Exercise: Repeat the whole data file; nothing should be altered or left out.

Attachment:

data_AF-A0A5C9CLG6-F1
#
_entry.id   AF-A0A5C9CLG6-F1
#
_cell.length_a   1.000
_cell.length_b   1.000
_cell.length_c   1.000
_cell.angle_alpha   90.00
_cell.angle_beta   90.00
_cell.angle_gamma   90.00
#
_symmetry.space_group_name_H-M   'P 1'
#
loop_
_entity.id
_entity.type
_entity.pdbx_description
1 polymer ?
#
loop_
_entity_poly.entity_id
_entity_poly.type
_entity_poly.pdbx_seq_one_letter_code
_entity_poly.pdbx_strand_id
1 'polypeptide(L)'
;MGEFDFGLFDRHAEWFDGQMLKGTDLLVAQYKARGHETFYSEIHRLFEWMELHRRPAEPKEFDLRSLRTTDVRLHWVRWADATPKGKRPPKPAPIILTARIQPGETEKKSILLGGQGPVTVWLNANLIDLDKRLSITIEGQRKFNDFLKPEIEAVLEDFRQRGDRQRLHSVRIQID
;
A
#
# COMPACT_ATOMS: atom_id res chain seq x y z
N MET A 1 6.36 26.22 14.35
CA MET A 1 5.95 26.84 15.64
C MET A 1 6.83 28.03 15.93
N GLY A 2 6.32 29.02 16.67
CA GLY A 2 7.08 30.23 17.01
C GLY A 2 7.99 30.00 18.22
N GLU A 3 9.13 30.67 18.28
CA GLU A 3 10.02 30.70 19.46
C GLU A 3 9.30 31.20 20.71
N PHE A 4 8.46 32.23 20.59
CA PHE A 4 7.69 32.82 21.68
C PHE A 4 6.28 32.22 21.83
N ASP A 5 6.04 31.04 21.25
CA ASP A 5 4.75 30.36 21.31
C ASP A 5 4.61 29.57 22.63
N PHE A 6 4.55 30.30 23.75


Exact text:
data_AF-A0A5C9CLG6-F1
#
_entry.id   AF-A0A5C9CLG6-F1
#
_cell.length_a   1.000
_cell.length_b   1.000
_cell.length_c   1.000
_cell.angle_alpha   90.00
_cell.angle_beta   90.00
_cell.angle_gamma   90.00
#
_symmetry.space_group_name_H-M   'P 1'
#
loop_
_entity.id
_entity.type
_entity.pdbx_description
1 polymer ?
#
loop_
_entity_poly.entity_id
_entity_poly.type
_entity_poly.pdbx_seq_one_letter_code
_entity_poly.pdbx_strand_id
1 'polypeptide(L)'
;MGEFDFGLFDRHAEWFDGQMLKGTDLLVAQYKARGHETFYSEIHRLFEWMELHRRPAEPKEFDLRSLRTTDVRLHWVRWADATPKGKRPPKPAPIILTARIQPGETEKKSILLGGQGPVTVWLNANLIDLDKRLSITIEGQRKFNDFLKPEIEAVLEDFRQRGDRQRLHSVRIQID
;
A
#
# COMPACT_ATOMS: atom_id res chain seq x y z
N MET A 1 6.36 26.22 14.35
CA MET A 1 5.95 26.84 15.64
C MET A 1 6.83 28.03 15.93
N GLY A 2 6.32 29.02 16.67
CA GLY A 2 7.08 30.23 17.01
C GLY A 2 7.99 30.00 18.22
N GLU A 3 9.13 30.67 18.28
CA GLU A 3 10.02 30.70 19.46
C GLU A 3 9.30 31.20 20.71
N PHE A 4 8.46 32.23 20.59
CA PHE A 4 7.69 32.82 21.68
C PHE A 4 6.28 32.22 21.83
N ASP A 5 6.04 31.04 21.25
CA ASP A 5 4.75 30.36 21.31
C ASP A 5 4.61 29.57 22.63
N PHE A 6 4.55 30.30 23.75